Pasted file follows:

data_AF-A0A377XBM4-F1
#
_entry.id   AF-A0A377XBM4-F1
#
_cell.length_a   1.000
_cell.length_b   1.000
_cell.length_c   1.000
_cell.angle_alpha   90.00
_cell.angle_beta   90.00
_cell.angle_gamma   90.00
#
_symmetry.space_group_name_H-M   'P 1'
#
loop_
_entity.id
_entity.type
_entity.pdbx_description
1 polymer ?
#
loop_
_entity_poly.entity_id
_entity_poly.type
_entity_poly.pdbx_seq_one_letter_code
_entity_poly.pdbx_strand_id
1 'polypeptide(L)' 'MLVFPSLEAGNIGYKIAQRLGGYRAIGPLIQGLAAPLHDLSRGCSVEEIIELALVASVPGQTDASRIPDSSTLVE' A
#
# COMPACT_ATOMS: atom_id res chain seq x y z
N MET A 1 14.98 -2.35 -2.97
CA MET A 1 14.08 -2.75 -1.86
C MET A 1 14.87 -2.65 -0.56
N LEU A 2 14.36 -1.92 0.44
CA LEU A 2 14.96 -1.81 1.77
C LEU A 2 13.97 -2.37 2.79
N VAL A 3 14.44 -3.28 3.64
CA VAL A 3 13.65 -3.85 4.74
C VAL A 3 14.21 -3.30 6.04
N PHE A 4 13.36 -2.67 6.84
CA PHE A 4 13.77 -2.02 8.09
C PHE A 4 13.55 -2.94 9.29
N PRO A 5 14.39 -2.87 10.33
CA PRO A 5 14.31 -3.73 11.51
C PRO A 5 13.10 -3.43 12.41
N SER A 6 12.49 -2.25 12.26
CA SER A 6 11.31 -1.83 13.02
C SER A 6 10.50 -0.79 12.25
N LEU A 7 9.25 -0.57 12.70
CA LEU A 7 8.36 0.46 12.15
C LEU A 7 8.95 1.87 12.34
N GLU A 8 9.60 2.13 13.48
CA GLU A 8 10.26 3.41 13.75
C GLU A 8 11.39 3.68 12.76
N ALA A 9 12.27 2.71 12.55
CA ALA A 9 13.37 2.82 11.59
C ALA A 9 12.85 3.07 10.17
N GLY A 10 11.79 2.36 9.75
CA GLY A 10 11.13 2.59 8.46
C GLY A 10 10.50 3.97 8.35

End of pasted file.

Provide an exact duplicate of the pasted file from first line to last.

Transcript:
data_AF-A0A377XBM4-F1
#
_entry.id   AF-A0A377XBM4-F1
#
_cell.length_a   1.000
_cell.length_b   1.000
_cell.length_c   1.000
_cell.angle_alpha   90.00
_cell.angle_beta   90.00
_cell.angle_gamma   90.00
#
_symmetry.space_group_name_H-M   'P 1'
#
loop_
_entity.id
_entity.type
_entity.pdbx_description
1 polymer ?
#
loop_
_entity_poly.entity_id
_entity_poly.type
_entity_poly.pdbx_seq_one_letter_code
_entity_poly.pdbx_strand_id
1 'polypeptide(L)' 'MLVFPSLEAGNIGYKIAQRLGGYRAIGPLIQGLAAPLHDLSRGCSVEEIIELALVASVPGQTDASRIPDSSTLVE' A
#
# COMPACT_ATOMS: atom_id res chain seq x y z
N MET A 1 14.98 -2.35 -2.97
CA MET A 1 14.08 -2.75 -1.86
C MET A 1 14.87 -2.65 -0.56
N LEU A 2 14.36 -1.92 0.44
CA LEU A 2 14.96 -1.81 1.77
C LEU A 2 13.97 -2.37 2.79
N VAL A 3 14.44 -3.28 3.64
CA VAL A 3 13.65 -3.85 4.74
C VAL A 3 14.21 -3.30 6.04
N PHE A 4 13.36 -2.67 6.84
CA PHE A 4 13.77 -2.02 8.09
C PHE A 4 13.55 -2.94 9.29
N PRO A 5 14.39 -2.87 10.33
CA PRO A 5 14.31 -3.73 11.51
C PRO A 5 13.10 -3.43 12.41
N SER A 6 12.49 -2.25 12.26
CA SER A 6 11.31 -1.83 13.02
C SER A 6 10.50 -0.79 12.25
N LEU A 7 9.25 -0.57 12.70
CA LEU A 7 8.36 0.46 12.15
C LEU A 7 8.95 1.87 12.34
N GLU A 8 9.60 2.13 13.48
CA GLU A 8 10.26 3.41 13.75
C GLU A 8 11.39 3.68 12.76
N ALA A 9 12.27 2.71 12.55
CA ALA A 9 13.37 2.82 11.59
C ALA A 9 12.85 3.07 10.17
N GLY A 10 11.79 2.36 9.75
CA GLY A 10 11.13 2.59 8.46
C GLY A 10 10.50 3.97 8.35